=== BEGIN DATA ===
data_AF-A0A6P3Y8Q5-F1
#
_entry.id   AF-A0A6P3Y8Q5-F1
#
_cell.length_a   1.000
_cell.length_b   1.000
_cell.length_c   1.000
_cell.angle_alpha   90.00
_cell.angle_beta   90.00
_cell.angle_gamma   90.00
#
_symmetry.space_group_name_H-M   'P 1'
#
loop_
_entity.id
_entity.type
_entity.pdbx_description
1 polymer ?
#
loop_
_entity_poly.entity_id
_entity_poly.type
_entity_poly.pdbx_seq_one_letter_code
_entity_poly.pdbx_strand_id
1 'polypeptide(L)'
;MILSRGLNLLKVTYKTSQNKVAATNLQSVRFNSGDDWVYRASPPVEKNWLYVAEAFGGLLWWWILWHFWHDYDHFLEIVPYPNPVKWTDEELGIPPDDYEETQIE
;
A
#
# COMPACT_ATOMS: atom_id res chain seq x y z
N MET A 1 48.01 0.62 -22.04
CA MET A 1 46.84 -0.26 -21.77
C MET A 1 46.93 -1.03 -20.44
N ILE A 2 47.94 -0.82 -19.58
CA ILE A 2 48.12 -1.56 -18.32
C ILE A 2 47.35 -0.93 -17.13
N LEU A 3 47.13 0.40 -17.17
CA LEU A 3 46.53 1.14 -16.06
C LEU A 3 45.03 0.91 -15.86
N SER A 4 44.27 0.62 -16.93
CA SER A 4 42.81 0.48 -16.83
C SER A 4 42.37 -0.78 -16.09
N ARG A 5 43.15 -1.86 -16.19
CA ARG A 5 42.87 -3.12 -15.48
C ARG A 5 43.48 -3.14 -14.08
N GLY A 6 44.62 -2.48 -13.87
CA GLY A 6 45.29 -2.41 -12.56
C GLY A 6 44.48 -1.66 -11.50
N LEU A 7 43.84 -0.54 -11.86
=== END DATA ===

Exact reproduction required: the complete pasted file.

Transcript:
data_AF-A0A6P3Y8Q5-F1
#
_entry.id   AF-A0A6P3Y8Q5-F1
#
_cell.length_a   1.000
_cell.length_b   1.000
_cell.length_c   1.000
_cell.angle_alpha   90.00
_cell.angle_beta   90.00
_cell.angle_gamma   90.00
#
_symmetry.space_group_name_H-M   'P 1'
#
loop_
_entity.id
_entity.type
_entity.pdbx_description
1 polymer ?
#
loop_
_entity_poly.entity_id
_entity_poly.type
_entity_poly.pdbx_seq_one_letter_code
_entity_poly.pdbx_strand_id
1 'polypeptide(L)'
;MILSRGLNLLKVTYKTSQNKVAATNLQSVRFNSGDDWVYRASPPVEKNWLYVAEAFGGLLWWWILWHFWHDYDHFLEIVPYPNPVKWTDEELGIPPDDYEETQIE
;
A
#
# COMPACT_ATOMS: atom_id res chain seq x y z
N MET A 1 48.01 0.62 -22.04
CA MET A 1 46.84 -0.26 -21.77
C MET A 1 46.93 -1.03 -20.44
N ILE A 2 47.94 -0.82 -19.58
CA ILE A 2 48.12 -1.56 -18.32
C ILE A 2 47.35 -0.93 -17.13
N LEU A 3 47.13 0.40 -17.17
CA LEU A 3 46.53 1.14 -16.06
C LEU A 3 45.03 0.91 -15.86
N SER A 4 44.27 0.62 -16.93
CA SER A 4 42.81 0.48 -16.83
C SER A 4 42.37 -0.78 -16.09
N ARG A 5 43.15 -1.86 -16.19
CA ARG A 5 42.87 -3.12 -15.48
C ARG A 5 43.48 -3.14 -14.08
N GLY A 6 44.62 -2.48 -13.87
CA GLY A 6 45.29 -2.41 -12.56
C GLY A 6 44.48 -1.66 -11.50
N LEU A 7 43.84 -0.54 -11.86